Farmers, miners and immigrants battle for land at old Vlakfontein mine
Moses Skosana has no title deed although he has been farming on the old mine compound for eight years
Moses Skosana, 68, has a piece of land he uses for livestock and small scale farming on the grounds of the old Vlakfontein mine compound, near Tsakane in Brakpan, Gauteng. Although Skosana has been on the land for eight years, he has has no title deed or lease agreement.
In recent years, other South Africans have arrived with livestock. There are also people from Lesotho and Mozambique who keep their animals on the land, and there are informal miners wanting to dig the old mine for gold.
Skosana says he approached the Brakpan Municipality to formalise his occupation back in 2011. “Some people from the City of Ekurhuleni came to inspect the land. They gave me permission to start my farming project. They said l would get title deeds or a lease agreement for all the 15 hectares of land surrounding the compound … I was even given a stand number for the land. It is 8936, Vlakfontein Langaville, 1550. At some point we even heard that the land was on sale, but we don’t know how that ended.”
He went on to register a co-operative with four of his friends for the project: Sikhona Farming. They partitioned the old compound into units for livestock. They have been keeping pigs, chickens and goats. In total they have over 60 animals. They also grow and sell potatoes, spinach, cabbages, tomatoes, butternuts and onions.
“People do not even bother to ask me for permission when they occupy the land. They think l am lying when l tell them that the municipality gave me the land,” says Skosana. “At one point another man came right inside my compound intending to occupy it. I had to ask police to remove him … [But]] how can l chase away people from the land when l do not have proof of owning it?”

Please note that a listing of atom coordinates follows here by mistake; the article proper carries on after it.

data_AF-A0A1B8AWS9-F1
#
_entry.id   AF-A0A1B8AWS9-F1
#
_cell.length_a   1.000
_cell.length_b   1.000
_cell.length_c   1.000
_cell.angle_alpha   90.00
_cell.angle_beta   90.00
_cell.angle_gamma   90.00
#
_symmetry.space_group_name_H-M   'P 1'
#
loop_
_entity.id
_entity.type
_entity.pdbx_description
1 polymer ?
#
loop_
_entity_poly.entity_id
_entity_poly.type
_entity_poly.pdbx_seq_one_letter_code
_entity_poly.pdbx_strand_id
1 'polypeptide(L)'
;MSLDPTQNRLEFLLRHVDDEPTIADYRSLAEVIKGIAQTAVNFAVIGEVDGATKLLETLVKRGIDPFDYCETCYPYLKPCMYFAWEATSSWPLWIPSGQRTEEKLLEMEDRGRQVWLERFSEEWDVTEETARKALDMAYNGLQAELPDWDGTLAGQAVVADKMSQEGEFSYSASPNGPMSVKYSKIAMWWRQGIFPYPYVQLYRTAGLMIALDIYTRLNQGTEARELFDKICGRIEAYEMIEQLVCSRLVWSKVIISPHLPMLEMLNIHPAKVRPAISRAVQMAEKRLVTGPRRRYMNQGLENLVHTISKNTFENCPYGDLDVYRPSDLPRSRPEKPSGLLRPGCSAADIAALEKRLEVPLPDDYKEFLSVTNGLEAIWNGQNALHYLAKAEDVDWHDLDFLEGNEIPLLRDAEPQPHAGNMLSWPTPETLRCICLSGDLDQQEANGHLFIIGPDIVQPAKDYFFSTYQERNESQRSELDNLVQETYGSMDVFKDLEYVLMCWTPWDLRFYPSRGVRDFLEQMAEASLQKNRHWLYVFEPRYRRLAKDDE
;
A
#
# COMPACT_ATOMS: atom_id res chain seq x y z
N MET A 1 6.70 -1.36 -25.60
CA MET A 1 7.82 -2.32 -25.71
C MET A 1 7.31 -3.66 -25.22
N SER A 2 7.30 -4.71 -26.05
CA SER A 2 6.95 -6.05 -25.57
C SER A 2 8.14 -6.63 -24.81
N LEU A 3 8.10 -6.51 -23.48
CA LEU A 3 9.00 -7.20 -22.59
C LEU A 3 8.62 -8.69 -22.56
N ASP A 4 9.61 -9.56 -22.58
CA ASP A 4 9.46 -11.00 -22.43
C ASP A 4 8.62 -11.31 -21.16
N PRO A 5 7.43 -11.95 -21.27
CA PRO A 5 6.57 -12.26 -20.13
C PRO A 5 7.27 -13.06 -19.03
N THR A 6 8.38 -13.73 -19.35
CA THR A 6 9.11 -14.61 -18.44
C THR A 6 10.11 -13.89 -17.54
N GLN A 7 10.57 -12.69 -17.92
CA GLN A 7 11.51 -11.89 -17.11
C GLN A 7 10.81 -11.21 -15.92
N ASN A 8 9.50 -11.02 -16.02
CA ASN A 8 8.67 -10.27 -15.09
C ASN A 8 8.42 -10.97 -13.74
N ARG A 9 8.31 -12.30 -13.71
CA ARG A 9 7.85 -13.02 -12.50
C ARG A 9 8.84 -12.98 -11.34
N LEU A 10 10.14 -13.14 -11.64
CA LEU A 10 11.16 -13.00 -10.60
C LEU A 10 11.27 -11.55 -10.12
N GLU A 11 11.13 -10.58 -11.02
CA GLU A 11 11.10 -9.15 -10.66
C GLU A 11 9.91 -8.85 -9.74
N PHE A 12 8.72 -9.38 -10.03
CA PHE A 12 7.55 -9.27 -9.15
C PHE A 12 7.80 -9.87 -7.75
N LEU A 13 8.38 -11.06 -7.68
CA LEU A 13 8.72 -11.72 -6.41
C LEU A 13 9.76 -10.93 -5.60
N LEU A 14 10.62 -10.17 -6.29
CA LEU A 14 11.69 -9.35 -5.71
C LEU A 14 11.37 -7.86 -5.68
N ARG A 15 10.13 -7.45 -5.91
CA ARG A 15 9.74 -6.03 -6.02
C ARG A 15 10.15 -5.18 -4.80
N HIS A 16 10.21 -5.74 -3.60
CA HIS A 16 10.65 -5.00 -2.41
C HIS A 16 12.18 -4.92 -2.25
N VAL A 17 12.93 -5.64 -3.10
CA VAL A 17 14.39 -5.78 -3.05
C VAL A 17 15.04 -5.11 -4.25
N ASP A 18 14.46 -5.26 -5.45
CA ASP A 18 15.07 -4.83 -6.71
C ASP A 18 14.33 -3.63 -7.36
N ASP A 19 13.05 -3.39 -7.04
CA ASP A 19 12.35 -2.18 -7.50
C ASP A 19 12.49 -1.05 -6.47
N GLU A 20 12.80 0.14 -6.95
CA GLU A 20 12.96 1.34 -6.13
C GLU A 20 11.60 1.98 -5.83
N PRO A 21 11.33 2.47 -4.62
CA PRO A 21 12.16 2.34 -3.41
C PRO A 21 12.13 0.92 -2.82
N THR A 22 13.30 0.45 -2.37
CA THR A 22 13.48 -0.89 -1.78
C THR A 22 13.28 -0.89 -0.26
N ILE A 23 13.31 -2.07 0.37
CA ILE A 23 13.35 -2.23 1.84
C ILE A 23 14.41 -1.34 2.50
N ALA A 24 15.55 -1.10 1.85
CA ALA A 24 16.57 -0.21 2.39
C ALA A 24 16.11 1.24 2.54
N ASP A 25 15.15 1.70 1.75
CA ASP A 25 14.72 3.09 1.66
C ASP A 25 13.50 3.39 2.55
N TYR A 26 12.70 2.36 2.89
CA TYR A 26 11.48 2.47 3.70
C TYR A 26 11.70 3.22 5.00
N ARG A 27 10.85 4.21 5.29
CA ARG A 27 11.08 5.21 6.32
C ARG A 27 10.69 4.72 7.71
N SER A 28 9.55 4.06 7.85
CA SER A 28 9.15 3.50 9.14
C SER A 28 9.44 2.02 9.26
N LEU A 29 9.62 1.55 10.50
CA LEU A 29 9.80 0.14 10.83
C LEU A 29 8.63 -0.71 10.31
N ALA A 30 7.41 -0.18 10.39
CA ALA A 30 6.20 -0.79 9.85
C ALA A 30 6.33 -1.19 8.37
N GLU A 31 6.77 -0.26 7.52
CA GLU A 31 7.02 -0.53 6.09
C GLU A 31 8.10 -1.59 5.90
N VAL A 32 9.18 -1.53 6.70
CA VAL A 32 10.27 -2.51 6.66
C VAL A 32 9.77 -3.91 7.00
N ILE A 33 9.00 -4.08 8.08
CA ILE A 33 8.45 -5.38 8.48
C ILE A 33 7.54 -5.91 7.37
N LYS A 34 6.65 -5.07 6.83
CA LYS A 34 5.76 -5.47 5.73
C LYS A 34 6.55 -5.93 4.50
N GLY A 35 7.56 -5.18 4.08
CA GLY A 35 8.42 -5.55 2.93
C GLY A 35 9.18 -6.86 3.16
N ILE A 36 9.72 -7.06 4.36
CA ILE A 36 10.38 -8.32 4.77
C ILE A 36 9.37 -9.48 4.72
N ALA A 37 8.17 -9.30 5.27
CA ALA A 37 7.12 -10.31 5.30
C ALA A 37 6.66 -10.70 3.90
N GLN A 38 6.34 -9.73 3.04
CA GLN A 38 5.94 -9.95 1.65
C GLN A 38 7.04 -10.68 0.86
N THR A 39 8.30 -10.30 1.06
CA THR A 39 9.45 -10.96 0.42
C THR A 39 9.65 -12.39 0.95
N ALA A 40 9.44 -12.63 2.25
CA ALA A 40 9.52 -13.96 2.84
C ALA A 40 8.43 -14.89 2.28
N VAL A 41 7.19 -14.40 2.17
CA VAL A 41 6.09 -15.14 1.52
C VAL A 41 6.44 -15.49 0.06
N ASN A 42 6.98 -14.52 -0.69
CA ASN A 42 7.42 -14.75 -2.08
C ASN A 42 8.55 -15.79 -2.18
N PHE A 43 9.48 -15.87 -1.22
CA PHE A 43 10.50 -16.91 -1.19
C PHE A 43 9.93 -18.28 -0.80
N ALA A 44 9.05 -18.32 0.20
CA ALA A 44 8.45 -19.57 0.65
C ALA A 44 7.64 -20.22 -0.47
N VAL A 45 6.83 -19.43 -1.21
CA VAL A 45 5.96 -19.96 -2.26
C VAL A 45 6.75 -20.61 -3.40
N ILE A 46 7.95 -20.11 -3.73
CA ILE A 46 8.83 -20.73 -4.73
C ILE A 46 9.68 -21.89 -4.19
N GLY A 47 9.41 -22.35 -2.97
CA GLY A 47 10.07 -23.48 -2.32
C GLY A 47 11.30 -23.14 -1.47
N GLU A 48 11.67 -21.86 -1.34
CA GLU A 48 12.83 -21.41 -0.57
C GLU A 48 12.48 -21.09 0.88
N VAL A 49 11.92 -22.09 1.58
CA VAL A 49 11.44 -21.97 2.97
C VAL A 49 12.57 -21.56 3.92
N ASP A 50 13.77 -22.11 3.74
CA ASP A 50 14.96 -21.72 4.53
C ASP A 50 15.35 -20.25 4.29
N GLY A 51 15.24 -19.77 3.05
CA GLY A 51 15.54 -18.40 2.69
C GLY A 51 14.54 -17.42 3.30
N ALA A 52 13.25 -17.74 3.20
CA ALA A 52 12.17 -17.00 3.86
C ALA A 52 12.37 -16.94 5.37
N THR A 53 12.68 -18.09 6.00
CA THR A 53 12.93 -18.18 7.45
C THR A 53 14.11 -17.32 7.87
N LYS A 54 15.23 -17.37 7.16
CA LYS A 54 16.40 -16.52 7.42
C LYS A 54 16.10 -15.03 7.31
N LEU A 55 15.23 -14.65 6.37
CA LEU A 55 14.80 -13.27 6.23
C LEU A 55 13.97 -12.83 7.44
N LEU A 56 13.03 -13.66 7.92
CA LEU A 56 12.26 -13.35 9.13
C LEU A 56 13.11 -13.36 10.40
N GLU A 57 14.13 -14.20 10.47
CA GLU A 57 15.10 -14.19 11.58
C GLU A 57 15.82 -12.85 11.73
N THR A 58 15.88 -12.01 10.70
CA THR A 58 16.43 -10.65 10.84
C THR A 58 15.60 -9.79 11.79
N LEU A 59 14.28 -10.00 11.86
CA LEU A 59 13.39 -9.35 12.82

Skosana had hoped to bring his family to stay on the compound and build a house. But without a title deed, he has been reluctant. His family live in Langaville extension 6 informal settlement in Tsakane. He has been waiting for a house since 2004.
“I am now getting old. I thought the land would be an inheritance for my children one day, to carry on the farming project,” says Skosana.
Meanwhile the newer arrivals say they need a place to farm. Sipho Xaba, 51, occupied the land two years ago for his chickens and pigs. He depends on farming to survive.
“Farming was my only hope when l could not find work. Word was going around that the land here at Vlakfontein was vacant for anyone who wants to farm. That is how l came here,” says Xaba, who lives in an RDP house in Langaville. “Sometimes l sell my pigs and chickens at an auction. But of late the rates are very low. I was hoping to get funding from government for my project.”
Xaba thinks government should allocate him and the other farmers a permanent place.
Vusumuzi Ngwenya also arrived after Skosana. He keeps over 200 animals – cattle, sheep, goats, pigs and geese – on his portion of the land. “l was forced to remove some of my animals because of the tensions around this land. Some of my goats were stolen and l had to ask a farmer in Balfour to keep them for me. But l will not leave, unless l am given another piece of land,” he says.
Ngwenya says he did ask Skosana for permission when he first came to occupy the land. “We are supposed to unite as farmers here at Vlakfontein and seek help from the department of agriculture. But how can we do that when we are fighting amongst each other? How can anyone fight to own land on a mine? That will never happen.”
“Zamas (informal miners) also come offering to pay so they can dig for gold around the land we occupy. We refuse, because we keep our animals here,” says Ngwenya.
As conflict simmers between the occupiers of the Vlakfontein land, Skosana hopes to get answers from government on whether he will receive the papers which he says he has been waiting for for over eight years.
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